Despite the murder and decapitation of Prima Hora advertising supervisor Maria Elizabeth Macias, purportedly in retaliation for her postings on an anti-crime website, some bloggers vowed to keep up the fight against powerful drug cartels. But they also warned users to trust no one.
"If we want to regain our peace and our freedom, we always have to fight on, I wouldn't ask anybody to take up arms, clearly, but with our reports, we can do them damage," said one poster logged on as "anon9113," who quickly added a note of distrust, "don't become friends with anybody on here ... we have to be careful with something as simple as giving out personal information."
Another poster agreed. "Exactly, this (Macias' death) should not be in vain, we should make it an example." Others said that despite the risk, they would continue reporting. One user posted that he had seen four drug-gang lookouts in a compact car near a gas station, and gave part of the car's license plate number.
Mexican citizens, including journalists, have been increasingly relying on social media chatrooms and sites, such as Facebook and Twitter, in the face of rampant censorship and threats of violence, Carlos Lauría, the senior Americas program coordinator for New-York based Committee to Protect Journalists, told msnbc.com on Tuesday.
Local media outlets, whose journalists have been hit by killings, kidnappings and threats, are often too intimidated to report the violence, he said. "The press is terrified and in the absence of press reports, citizens are turning to social media to fill in the void," Lauría said.
An editor at Primera Hora said Monday that Macias was the daily's advertising supervisor. The editor would not give his name for security reasons. He said the killing apparently was not related to Macias' job at the daily, which, in the face of intimidation and threats by drug gangs, had stopped even reporting on drug violence two years ago.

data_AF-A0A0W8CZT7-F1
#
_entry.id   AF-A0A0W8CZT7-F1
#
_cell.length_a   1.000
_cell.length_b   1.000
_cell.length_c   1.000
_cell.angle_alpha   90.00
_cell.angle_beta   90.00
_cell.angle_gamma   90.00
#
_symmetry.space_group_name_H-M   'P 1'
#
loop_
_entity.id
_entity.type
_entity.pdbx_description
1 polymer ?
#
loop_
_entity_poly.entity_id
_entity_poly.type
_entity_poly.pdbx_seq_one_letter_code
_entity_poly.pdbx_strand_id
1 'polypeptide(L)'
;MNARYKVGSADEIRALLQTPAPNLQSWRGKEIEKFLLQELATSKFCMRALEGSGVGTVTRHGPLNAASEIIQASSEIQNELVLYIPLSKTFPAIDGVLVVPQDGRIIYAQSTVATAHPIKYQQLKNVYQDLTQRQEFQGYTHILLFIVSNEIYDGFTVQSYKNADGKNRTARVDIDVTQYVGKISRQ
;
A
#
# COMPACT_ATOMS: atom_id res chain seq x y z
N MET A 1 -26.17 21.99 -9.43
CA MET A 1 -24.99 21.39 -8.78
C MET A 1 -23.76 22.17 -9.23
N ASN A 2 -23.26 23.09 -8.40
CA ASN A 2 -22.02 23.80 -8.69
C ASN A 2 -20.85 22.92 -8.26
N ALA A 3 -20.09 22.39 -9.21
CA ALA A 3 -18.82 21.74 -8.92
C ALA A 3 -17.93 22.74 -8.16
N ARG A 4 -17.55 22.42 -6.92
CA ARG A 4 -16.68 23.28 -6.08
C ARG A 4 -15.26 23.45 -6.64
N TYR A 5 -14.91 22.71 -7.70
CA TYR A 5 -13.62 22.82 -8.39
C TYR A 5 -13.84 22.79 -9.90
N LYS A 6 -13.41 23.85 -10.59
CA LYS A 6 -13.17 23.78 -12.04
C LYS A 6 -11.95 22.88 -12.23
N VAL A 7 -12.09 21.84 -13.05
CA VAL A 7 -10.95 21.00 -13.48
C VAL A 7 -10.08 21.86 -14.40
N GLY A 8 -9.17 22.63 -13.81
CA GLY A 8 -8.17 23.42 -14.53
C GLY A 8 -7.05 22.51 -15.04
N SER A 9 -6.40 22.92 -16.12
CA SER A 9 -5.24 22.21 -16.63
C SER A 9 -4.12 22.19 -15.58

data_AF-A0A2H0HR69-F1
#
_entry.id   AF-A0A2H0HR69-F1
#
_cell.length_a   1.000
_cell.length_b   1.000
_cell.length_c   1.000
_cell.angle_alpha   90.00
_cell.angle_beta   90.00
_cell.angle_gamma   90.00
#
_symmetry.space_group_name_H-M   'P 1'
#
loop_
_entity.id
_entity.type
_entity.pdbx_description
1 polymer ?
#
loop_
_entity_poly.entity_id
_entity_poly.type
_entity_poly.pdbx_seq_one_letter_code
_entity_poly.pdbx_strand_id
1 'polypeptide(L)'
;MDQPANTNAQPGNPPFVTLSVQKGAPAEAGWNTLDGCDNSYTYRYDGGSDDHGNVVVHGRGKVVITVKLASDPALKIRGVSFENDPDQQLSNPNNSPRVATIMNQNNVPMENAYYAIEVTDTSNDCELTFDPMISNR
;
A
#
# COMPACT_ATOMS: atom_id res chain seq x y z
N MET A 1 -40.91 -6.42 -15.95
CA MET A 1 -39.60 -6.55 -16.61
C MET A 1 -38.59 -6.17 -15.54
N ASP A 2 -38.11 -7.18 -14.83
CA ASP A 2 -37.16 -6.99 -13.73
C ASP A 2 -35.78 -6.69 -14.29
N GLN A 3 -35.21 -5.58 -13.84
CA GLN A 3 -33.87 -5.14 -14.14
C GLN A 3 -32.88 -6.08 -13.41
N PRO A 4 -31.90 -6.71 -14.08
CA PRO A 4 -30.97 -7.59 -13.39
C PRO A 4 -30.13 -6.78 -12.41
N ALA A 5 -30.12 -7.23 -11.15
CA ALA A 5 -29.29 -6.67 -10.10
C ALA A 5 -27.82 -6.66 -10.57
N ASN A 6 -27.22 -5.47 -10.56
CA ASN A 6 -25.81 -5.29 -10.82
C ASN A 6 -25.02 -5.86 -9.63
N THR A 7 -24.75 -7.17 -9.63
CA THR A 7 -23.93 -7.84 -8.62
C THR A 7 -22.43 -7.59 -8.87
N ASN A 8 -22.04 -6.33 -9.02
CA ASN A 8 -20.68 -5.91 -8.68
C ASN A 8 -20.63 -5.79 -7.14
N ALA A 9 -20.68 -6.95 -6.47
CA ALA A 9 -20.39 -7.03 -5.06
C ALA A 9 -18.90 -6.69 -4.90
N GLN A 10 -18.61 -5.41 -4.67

"We were taken by surprise, because since about two years ago, we don't even do crime reporting," said the editor. "We don't have a crime reporter."
He said police have not talked to the paper, nor given it any information on the killing. The paper, according to weekend editions posted on its website, has not even reported on her death.
The 39-year-old journalist's body was found by police last Saturday in Nuevo Laredo, just across the Rio Grande from Laredo, Texas. The journalist's legs and trunk were tossed in the grass, while her head was placed on a planter with a computer, mouse, cables, headphones and speakers. Macias, who signed her blog postings as "La nena de Laredo" (The Chick from Laredo), used social-networking sites to report on a criminal organization.
The note found with the body read: “For those who don’t want to believe, this happened to me because of my actions, for trusting the army and the navy. Thank you for your attention, respectfully, Laredo Girl…ZZZZ.”
The gruesome killing may be the third so far this month in which people in Nuevo Laredo were killed by a drug cartel for what they said online.
Sources: Fox News Latino, msnbc.com and BBC News